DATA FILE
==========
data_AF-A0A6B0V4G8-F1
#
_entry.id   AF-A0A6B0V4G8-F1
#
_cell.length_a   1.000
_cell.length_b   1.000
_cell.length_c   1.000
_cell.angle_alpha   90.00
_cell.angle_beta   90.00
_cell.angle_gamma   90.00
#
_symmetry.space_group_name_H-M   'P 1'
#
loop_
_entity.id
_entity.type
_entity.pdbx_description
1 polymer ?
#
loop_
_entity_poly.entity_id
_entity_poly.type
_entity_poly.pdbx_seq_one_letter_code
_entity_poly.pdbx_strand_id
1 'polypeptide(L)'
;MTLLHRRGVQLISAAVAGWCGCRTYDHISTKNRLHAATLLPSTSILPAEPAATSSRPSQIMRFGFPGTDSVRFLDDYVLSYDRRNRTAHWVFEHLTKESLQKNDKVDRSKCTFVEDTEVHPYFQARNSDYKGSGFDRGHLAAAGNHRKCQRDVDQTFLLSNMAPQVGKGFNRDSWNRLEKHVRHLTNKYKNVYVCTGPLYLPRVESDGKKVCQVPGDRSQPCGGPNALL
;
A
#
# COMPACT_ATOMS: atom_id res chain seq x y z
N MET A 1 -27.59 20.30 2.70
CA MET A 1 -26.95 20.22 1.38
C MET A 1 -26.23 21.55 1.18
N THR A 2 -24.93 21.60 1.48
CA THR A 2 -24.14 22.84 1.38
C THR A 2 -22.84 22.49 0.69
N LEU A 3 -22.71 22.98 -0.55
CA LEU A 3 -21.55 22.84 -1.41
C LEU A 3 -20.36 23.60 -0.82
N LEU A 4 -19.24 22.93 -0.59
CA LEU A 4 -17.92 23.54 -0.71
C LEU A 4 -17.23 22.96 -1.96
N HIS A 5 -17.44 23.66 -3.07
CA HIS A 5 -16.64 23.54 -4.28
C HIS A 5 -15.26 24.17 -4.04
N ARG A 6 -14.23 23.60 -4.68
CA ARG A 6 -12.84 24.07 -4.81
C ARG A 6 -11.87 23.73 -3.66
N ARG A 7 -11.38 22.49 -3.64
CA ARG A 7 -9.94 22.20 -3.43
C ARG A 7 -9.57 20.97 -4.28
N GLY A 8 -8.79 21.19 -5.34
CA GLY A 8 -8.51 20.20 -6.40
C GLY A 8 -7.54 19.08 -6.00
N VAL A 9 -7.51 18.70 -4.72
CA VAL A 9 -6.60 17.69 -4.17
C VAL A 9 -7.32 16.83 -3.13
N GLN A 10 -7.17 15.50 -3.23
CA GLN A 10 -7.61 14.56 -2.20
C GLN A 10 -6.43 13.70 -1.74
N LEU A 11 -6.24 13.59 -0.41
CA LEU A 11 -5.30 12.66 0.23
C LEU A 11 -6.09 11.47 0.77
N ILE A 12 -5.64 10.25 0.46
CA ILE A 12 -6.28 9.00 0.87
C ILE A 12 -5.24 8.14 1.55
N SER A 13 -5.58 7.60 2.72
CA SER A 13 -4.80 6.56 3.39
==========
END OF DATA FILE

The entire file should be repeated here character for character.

data_AF-A0A6B0V4G8-F1
#
_entry.id   AF-A0A6B0V4G8-F1
#
_cell.length_a   1.000
_cell.length_b   1.000
_cell.length_c   1.000
_cell.angle_alpha   90.00
_cell.angle_beta   90.00
_cell.angle_gamma   90.00
#
_symmetry.space_group_name_H-M   'P 1'
#
loop_
_entity.id
_entity.type
_entity.pdbx_description
1 polymer ?
#
loop_
_entity_poly.entity_id
_entity_poly.type
_entity_poly.pdbx_seq_one_letter_code
_entity_poly.pdbx_strand_id
1 'polypeptide(L)'
;MTLLHRRGVQLISAAVAGWCGCRTYDHISTKNRLHAATLLPSTSILPAEPAATSSRPSQIMRFGFPGTDSVRFLDDYVLSYDRRNRTAHWVFEHLTKESLQKNDKVDRSKCTFVEDTEVHPYFQARNSDYKGSGFDRGHLAAAGNHRKCQRDVDQTFLLSNMAPQVGKGFNRDSWNRLEKHVRHLTNKYKNVYVCTGPLYLPRVESDGKKVCQVPGDRSQPCGGPNALL
;
A
#
# COMPACT_ATOMS: atom_id res chain seq x y z
N MET A 1 -27.59 20.30 2.70
CA MET A 1 -26.95 20.22 1.38
C MET A 1 -26.23 21.55 1.18
N THR A 2 -24.93 21.60 1.48
CA THR A 2 -24.14 22.84 1.38
C THR A 2 -22.84 22.49 0.69
N LEU A 3 -22.71 22.98 -0.55
CA LEU A 3 -21.55 22.84 -1.41
C LEU A 3 -20.36 23.60 -0.82
N LEU A 4 -19.24 22.93 -0.59
CA LEU A 4 -17.92 23.54 -0.71
C LEU A 4 -17.23 22.96 -1.96
N HIS A 5 -17.44 23.66 -3.07
CA HIS A 5 -16.64 23.54 -4.28
C HIS A 5 -15.26 24.17 -4.04
N ARG A 6 -14.23 23.60 -4.68
CA ARG A 6 -12.84 24.07 -4.81
C ARG A 6 -11.87 23.73 -3.66
N ARG A 7 -11.38 22.49 -3.64
CA ARG A 7 -9.94 22.20 -3.43
C ARG A 7 -9.57 20.97 -4.28
N GLY A 8 -8.79 21.19 -5.34
CA GLY A 8 -8.51 20.20 -6.40
C GLY A 8 -7.54 19.08 -6.00
N VAL A 9 -7.51 18.70 -4.72
CA VAL A 9 -6.60 17.69 -4.17
C VAL A 9 -7.32 16.83 -3.13
N GLN A 10 -7.17 15.50 -3.23
CA GLN A 10 -7.61 14.56 -2.20
C GLN A 10 -6.43 13.70 -1.74
N LEU A 11 -6.24 13.59 -0.41
CA LEU A 11 -5.30 12.66 0.23
C LEU A 11 -6.09 11.47 0.77
N ILE A 12 -5.64 10.25 0.46
CA ILE A 12 -6.28 9.00 0.87
C ILE A 12 -5.24 8.14 1.55
N SER A 13 -5.58 7.60 2.72
CA SER A 13 -4.80 6.56 3.39